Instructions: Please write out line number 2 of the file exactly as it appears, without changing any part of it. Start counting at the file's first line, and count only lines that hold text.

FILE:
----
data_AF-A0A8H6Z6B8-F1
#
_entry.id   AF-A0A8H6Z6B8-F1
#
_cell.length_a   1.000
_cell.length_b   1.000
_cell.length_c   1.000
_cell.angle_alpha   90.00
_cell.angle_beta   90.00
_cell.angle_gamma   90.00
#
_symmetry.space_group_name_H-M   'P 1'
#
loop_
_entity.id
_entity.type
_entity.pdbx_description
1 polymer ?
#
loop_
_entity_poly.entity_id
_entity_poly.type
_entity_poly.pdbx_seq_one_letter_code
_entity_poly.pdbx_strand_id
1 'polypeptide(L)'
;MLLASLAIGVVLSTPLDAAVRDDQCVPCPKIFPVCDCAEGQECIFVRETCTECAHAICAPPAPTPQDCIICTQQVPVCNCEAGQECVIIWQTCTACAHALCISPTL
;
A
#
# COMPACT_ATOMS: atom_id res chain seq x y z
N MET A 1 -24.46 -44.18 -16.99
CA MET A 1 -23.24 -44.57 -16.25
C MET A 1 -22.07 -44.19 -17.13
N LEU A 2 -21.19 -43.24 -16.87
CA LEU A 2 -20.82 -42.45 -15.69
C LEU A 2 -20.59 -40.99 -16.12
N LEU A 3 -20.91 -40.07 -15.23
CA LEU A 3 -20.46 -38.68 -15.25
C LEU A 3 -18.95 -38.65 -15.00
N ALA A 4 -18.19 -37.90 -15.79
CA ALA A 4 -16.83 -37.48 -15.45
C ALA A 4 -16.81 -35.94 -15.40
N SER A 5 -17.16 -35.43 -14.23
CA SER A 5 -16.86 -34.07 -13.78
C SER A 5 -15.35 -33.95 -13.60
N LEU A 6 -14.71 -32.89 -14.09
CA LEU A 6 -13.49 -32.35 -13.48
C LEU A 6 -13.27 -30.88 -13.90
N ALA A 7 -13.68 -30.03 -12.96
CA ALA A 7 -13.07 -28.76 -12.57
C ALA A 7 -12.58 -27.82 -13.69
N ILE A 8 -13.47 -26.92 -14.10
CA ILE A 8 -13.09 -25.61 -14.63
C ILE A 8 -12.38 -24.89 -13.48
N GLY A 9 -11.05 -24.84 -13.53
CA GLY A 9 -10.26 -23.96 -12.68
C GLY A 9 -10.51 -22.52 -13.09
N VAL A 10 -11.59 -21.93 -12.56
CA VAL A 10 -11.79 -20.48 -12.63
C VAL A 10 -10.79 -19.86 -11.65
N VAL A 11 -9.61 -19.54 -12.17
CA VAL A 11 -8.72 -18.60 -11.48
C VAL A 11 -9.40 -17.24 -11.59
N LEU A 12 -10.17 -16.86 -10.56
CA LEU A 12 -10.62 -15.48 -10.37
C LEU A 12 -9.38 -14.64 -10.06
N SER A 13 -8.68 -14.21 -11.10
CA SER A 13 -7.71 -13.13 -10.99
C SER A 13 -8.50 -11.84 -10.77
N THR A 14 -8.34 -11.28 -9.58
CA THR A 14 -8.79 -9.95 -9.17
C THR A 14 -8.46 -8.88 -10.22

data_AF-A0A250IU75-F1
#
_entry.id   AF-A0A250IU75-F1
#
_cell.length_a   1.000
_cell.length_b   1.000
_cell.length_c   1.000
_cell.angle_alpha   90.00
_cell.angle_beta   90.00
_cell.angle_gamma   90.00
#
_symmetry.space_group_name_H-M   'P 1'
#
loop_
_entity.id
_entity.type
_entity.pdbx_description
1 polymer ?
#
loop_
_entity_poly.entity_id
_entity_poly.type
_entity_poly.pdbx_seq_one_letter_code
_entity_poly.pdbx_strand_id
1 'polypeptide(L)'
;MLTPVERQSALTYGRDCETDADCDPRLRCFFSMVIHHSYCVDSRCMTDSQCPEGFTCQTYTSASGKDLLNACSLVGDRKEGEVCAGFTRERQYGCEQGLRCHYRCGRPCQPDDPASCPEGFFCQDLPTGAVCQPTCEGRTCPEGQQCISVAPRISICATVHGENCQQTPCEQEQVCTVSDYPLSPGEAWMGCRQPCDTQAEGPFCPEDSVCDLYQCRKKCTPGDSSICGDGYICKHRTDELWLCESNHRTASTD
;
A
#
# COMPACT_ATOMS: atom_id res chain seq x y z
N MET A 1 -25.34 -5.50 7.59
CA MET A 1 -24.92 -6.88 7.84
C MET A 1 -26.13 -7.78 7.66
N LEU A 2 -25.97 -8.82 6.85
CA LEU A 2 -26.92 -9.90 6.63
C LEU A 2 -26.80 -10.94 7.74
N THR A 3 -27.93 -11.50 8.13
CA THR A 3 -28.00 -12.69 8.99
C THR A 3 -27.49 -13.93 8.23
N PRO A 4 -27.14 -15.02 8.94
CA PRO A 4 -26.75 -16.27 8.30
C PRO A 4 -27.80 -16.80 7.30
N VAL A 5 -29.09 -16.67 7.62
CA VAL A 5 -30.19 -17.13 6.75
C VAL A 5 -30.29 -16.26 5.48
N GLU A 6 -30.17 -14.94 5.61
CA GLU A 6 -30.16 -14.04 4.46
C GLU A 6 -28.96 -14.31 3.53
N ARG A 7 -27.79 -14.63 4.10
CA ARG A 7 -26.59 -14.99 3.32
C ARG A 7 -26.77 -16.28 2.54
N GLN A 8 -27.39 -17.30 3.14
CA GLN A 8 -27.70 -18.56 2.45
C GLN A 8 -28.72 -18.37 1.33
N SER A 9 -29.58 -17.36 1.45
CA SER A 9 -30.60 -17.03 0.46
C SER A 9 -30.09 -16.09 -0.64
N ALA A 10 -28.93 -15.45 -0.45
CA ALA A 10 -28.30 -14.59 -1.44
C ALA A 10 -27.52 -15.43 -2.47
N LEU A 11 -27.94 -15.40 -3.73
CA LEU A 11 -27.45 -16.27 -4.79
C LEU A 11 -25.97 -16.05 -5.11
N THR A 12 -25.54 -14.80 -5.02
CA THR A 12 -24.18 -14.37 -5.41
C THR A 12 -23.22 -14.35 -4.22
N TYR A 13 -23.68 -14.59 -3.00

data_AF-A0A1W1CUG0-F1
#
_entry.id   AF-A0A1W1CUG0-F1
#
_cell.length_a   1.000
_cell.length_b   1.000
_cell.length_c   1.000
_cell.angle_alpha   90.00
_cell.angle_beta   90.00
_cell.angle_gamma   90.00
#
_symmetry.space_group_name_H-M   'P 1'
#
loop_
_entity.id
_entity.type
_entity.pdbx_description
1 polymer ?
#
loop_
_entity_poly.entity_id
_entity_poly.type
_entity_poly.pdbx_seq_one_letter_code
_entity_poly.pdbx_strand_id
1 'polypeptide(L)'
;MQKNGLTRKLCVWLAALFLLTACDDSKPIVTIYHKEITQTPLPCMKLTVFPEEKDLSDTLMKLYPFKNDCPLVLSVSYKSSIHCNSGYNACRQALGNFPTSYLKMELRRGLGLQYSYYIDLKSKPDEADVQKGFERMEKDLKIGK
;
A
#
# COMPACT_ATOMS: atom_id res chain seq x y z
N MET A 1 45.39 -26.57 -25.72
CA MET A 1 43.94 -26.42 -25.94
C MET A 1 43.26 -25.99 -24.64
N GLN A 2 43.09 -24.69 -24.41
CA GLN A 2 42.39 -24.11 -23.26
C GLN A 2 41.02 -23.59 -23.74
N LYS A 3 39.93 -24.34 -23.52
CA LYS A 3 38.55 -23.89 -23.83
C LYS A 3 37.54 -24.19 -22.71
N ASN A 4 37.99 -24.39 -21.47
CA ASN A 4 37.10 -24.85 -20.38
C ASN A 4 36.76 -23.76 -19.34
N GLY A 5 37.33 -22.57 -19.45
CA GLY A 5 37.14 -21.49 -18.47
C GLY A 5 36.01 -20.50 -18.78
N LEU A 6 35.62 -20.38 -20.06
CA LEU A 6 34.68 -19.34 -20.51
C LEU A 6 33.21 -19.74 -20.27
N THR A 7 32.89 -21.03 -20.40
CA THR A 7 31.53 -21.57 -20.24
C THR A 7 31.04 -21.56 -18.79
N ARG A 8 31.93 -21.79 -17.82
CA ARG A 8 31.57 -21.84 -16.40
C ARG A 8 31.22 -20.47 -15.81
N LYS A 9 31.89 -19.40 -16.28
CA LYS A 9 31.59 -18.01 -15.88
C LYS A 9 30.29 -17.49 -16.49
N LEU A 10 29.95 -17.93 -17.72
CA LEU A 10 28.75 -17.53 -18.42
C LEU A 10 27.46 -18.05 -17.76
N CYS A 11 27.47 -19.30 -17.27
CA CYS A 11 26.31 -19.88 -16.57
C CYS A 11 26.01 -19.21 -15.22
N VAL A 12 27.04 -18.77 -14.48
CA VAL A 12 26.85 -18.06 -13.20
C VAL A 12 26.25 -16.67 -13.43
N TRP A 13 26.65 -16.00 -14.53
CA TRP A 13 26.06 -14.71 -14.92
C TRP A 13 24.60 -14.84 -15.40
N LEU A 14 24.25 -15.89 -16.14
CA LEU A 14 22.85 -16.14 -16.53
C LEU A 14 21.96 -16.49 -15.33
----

#